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The Weekend in Moscow: March 2-4

A mixed batch of superb cultural events for the first weekend of a snowy, cold spring in Moscow.

Hamlet/Collage by Canadian director Robert Lepage. Courtesy of Theater of Nations

Vasya Oblomov

 Fri. March 2

Vasya Oblomov from Rostov-on-Don is not your regular hip-hop artist. Most of his songs are actually a commentary on current political and social issues in Russia. You can sometimes even tell whether the song was written recently or describes events that took place several years ago. He released his latest album last year entitled “Dolgaya i neschastlivaya zhizn” (A Long and Unhappy Life) and made a hit video with popular Russia’s #1 journalist/blogger Yury Dud to a song called “Nesti Khernyu” (Talk BS). Expect both old and new material at the 16 Tons concert. 

1 Ulitsa Presnensky Val. Metro Ulitsa 1905 Goda. 

Nina Karlsson

Fri. March 2 

Nina Karlsson is an indie pop female act hailing from St. Petersburg. She recorded her first album in English, but then switched to Russian. Nina’s currently working on her new album, “Rechitativ” (Recitative) and her concert at Gogol Center will include a lot of new material. Nina Karlsson’s music is a mix of indie-rock, pop and jazz, which is sometimes compared to the 1990’s popular girls band Kolibri. 

8 Ulitsa Kazakova. Metro Kurskaya. +7 (499) 262 9214.


Fri. March 2 

This weekend Stanislavski and Nemirovich-Danchenko Academic Music Theater premieres Leos Janacek opera “Jenufa,” which is quite popular in Europe, but is seldom performed in Russia. It was first produced in Brno in 1904 and is often called the “Moravian national opera.” “Jenufa” (Her Stepdaughter in Czech) is a drama of Greek tragedy proportions placed in a turn of the century Moravian village. “Jenufa” was the opera that made Janacek a world-famous composer.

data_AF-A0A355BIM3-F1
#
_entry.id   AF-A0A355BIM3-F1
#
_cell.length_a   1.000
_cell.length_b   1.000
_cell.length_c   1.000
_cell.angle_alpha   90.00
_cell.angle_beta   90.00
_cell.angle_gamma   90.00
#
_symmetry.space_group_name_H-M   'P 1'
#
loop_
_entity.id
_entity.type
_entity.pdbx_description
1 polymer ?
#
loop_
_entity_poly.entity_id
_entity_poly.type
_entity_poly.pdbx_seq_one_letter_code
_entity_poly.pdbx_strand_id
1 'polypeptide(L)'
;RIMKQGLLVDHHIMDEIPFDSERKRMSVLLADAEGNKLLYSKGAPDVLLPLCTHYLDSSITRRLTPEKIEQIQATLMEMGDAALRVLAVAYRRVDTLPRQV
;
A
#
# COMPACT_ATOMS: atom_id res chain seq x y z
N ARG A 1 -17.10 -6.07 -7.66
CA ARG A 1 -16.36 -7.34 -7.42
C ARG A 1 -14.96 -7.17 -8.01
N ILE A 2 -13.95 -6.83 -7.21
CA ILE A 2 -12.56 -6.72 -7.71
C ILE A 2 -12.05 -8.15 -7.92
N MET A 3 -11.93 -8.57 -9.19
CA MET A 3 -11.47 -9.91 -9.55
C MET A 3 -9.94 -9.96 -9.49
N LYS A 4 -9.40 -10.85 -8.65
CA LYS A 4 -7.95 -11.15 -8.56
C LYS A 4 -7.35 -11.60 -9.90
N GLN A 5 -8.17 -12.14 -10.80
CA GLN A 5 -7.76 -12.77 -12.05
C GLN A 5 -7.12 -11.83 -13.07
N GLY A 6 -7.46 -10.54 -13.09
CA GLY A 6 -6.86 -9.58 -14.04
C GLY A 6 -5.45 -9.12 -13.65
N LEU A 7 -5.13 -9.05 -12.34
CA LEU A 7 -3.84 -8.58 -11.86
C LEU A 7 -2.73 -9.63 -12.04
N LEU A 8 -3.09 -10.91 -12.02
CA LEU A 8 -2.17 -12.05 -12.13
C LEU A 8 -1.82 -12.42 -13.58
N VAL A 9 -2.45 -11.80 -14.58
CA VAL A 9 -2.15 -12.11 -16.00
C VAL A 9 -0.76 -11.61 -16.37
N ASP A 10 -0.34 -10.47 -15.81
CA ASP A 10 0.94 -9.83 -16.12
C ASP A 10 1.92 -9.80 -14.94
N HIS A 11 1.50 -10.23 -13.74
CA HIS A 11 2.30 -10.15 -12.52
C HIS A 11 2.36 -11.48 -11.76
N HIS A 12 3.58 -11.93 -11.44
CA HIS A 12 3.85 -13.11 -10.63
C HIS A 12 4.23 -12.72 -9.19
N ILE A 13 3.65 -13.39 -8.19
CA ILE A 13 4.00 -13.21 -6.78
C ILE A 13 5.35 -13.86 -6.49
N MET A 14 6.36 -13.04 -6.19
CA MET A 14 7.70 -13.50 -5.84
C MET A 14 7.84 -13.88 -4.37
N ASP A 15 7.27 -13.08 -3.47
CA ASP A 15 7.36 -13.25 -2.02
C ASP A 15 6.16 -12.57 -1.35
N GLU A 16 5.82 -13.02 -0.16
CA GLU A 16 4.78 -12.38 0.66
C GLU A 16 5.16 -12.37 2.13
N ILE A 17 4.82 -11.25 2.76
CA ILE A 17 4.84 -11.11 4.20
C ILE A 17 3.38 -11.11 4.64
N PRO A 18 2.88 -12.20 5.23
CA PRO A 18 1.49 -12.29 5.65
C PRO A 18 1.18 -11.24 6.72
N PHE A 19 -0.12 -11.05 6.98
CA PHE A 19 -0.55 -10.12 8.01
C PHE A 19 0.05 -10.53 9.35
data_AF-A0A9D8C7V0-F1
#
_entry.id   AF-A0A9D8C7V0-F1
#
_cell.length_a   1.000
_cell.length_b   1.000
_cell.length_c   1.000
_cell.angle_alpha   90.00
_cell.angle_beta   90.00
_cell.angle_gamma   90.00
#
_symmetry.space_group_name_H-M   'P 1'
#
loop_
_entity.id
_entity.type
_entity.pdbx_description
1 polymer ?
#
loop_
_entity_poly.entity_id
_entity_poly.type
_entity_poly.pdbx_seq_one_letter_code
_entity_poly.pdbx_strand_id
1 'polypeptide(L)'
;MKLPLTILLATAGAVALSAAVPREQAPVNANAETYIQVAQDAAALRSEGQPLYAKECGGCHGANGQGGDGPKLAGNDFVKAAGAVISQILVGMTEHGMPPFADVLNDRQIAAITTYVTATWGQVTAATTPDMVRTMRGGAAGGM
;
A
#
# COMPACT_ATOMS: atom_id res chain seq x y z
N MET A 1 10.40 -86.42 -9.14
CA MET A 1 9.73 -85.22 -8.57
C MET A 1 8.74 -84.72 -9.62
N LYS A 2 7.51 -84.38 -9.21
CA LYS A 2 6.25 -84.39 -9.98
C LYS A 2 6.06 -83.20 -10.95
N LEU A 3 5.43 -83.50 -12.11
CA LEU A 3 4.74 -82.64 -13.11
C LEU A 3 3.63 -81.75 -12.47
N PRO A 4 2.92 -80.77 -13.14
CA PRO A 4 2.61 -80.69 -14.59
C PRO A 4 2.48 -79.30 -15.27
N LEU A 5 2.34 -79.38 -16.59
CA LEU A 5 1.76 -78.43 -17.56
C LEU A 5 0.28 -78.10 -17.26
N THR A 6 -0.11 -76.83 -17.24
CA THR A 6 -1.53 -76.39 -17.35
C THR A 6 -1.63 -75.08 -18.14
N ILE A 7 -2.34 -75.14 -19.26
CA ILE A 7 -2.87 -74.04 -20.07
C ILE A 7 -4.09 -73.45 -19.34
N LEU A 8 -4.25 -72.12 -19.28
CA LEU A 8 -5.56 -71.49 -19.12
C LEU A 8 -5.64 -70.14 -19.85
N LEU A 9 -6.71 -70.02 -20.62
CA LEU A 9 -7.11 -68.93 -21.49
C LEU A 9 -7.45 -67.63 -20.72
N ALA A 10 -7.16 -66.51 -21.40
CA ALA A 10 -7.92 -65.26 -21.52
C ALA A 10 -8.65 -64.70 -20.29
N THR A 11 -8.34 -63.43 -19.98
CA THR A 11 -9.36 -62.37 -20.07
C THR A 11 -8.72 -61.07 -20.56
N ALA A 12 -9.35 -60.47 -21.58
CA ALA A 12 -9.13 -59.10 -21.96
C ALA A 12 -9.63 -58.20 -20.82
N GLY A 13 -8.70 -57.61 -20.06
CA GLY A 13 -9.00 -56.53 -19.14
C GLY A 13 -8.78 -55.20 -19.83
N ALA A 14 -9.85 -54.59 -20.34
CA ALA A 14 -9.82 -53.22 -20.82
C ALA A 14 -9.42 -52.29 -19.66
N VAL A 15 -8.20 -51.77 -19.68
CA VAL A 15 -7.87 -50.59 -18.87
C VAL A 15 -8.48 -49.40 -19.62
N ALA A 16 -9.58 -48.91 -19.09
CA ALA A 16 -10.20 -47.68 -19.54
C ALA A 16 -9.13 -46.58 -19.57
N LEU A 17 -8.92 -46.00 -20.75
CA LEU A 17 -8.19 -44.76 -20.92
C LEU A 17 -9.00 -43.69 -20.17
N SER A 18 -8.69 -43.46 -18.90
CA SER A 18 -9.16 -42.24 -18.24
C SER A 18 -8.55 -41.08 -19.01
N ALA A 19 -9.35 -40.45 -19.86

17 Ulitsa Bolshaya Dmitrovka. Metro Chekhovskaya. +7 (495) 723 7325. 


Sat. and Sun. March 3-4

Hamlet/Collage is the first Moscow production by Robert Lepage, a critically acclaimed theater and film director from Canada. Staged at the forward-looking Theater of Nations, it’s a new take on a Shakespearean classic, which uses state-of-the-art video technologies to enhance the performance. The action takes place within a changing cube-like construction, and all the roles are played by Evgeny Mironov, a prominent theater and film actor as well as artistic director of the Theater of Nations.

3 Petrovsky Pereulok. Metro Chekhovskaya. +7 (495) 629 3739.


Sun. March 4

“Beethoven” is the latest productions of Praktika, one of Moscow’s most experimental theaters. It’s a one-man show, with actor Yury Mezhevich playing both the composer and various characters from his life, including Mozart. Penned by one of Russia’s most prominent contemporary playwrights, Valery Pecheikin, “Beethoven” takes place in a fake museum devoted to the composer’s life, but tries to unmask this pillar of classical music and show him as a real human being. 

30 Bolshoi Kozikhinsky Pereulok. Metro Mayakovskaya. +7 (495) 544 5545.

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